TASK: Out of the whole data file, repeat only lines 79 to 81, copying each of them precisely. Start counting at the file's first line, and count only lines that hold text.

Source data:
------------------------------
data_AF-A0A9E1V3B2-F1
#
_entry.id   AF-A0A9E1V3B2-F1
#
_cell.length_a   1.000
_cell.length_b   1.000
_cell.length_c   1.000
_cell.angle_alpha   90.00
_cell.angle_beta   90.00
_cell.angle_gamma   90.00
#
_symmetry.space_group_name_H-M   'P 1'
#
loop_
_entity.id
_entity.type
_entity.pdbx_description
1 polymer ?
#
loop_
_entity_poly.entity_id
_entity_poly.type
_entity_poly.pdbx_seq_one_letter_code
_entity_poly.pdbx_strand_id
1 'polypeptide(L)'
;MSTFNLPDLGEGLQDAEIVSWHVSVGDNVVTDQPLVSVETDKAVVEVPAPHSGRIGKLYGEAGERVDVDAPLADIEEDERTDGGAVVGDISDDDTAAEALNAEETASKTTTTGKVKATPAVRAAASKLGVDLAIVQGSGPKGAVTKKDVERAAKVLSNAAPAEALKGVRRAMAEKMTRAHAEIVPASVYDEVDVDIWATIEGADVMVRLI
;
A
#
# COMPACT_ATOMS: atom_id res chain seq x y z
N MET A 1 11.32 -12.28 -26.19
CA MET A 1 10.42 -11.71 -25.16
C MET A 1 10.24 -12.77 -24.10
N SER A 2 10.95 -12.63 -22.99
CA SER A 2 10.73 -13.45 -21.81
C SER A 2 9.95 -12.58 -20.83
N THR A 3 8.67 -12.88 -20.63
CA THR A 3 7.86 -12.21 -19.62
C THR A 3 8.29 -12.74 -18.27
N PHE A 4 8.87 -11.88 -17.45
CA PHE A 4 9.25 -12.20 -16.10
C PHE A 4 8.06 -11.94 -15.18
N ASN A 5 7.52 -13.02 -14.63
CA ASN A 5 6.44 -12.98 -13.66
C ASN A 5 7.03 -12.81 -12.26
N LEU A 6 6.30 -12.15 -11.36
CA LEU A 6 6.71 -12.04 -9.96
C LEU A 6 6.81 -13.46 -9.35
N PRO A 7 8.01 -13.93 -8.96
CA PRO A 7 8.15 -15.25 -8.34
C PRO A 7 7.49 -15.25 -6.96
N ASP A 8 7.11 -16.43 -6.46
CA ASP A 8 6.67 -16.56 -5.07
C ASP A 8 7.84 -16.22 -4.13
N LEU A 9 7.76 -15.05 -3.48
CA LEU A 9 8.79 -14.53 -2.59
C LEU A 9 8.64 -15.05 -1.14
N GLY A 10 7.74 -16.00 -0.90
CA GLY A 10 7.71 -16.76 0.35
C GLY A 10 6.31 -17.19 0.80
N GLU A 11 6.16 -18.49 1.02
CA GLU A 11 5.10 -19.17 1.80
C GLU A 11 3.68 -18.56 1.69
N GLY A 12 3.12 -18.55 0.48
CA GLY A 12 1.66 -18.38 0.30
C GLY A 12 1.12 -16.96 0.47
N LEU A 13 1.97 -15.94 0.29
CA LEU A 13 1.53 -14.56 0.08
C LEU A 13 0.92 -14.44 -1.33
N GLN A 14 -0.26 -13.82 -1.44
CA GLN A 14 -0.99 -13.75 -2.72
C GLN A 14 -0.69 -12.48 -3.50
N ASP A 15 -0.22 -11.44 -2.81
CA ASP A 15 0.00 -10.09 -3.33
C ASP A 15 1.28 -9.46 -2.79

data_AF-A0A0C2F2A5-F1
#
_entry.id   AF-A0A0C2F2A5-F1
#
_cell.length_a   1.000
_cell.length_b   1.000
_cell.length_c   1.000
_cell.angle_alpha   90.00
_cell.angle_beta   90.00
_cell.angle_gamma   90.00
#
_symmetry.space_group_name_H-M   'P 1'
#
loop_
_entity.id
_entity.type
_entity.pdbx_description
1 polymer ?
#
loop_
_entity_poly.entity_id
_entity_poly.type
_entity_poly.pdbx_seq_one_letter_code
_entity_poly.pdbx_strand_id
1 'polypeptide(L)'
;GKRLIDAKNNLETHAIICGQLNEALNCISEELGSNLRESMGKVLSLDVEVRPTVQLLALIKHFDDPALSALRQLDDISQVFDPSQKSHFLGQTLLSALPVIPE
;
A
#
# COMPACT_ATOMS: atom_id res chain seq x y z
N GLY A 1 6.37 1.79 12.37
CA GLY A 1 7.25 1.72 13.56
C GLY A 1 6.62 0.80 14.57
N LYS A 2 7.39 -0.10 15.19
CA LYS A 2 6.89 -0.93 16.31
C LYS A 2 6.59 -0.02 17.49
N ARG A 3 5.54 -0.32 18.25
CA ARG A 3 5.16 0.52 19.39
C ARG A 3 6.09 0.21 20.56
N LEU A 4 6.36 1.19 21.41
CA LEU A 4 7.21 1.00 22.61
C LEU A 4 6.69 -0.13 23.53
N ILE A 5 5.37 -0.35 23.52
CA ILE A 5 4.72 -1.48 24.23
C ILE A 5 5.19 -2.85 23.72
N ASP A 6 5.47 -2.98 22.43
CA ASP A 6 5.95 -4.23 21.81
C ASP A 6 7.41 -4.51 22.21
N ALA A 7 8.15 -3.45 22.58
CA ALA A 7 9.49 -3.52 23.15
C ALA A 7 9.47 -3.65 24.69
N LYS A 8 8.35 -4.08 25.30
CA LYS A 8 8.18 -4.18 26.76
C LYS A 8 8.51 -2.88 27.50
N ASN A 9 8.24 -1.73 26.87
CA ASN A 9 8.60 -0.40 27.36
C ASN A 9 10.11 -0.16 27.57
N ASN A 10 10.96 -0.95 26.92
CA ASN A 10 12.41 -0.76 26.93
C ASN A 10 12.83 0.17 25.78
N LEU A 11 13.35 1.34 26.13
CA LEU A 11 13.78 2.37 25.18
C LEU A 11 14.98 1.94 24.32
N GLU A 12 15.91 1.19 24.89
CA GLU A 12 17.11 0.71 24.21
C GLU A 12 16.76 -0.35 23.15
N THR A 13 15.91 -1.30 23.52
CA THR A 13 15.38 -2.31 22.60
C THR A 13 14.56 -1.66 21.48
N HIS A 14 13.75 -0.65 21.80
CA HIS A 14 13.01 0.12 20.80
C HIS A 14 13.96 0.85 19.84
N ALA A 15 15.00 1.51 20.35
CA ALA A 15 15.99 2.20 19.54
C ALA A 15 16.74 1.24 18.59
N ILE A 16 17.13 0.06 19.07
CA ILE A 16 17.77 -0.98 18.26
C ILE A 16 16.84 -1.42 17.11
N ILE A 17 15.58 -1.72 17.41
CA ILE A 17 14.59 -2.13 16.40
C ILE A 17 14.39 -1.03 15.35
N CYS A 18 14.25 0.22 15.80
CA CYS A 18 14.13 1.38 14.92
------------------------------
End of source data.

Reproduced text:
#
_cell.length_a   1.000
_cell.length_b   1.000